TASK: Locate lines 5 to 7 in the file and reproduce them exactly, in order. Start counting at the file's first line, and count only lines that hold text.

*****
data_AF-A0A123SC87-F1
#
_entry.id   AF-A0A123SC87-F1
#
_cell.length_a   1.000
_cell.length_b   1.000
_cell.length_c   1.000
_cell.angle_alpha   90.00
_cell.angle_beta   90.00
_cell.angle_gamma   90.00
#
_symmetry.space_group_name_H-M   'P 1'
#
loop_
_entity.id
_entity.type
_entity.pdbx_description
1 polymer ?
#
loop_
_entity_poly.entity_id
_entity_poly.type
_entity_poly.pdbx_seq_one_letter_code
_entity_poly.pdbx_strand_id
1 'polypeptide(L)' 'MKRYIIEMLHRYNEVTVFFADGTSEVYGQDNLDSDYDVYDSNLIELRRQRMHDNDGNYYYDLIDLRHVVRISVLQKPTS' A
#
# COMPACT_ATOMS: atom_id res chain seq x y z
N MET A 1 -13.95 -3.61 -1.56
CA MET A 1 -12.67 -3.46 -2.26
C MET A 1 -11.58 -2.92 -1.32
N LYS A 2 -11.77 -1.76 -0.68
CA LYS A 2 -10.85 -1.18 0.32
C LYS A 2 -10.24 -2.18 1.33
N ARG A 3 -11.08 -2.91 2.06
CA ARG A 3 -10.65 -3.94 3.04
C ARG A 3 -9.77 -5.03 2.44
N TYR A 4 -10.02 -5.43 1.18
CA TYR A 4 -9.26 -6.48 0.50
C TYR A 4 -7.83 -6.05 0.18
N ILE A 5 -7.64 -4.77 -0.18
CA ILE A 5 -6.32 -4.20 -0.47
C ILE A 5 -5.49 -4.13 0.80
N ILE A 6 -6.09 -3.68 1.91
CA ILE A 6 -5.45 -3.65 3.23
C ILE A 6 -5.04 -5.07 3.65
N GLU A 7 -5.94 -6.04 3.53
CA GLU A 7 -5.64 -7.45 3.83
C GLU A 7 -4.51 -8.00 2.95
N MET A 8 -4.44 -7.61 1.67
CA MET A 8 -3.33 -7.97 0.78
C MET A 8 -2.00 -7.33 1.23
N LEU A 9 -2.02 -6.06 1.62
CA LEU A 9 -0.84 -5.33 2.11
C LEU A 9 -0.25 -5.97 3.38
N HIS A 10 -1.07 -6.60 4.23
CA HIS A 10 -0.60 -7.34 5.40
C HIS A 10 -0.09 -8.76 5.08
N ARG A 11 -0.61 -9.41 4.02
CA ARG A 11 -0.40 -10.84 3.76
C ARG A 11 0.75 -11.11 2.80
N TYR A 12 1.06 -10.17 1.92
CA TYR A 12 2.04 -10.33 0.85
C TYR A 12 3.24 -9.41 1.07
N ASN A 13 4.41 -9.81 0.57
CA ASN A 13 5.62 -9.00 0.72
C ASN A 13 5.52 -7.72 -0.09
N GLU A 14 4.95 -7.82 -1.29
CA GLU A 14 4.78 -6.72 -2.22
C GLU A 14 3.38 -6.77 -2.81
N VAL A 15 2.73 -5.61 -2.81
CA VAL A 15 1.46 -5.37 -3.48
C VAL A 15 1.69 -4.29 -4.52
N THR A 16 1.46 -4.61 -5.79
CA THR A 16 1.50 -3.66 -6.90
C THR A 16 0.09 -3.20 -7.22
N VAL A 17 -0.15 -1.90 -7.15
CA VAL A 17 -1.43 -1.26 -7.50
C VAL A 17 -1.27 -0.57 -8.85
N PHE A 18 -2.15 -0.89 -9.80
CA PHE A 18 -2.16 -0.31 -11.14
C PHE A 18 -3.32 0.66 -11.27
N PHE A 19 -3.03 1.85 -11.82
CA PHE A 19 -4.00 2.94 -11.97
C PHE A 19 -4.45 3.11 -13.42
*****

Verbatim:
_cell.length_a   1.000
_cell.length_b   1.000
_cell.length_c   1.000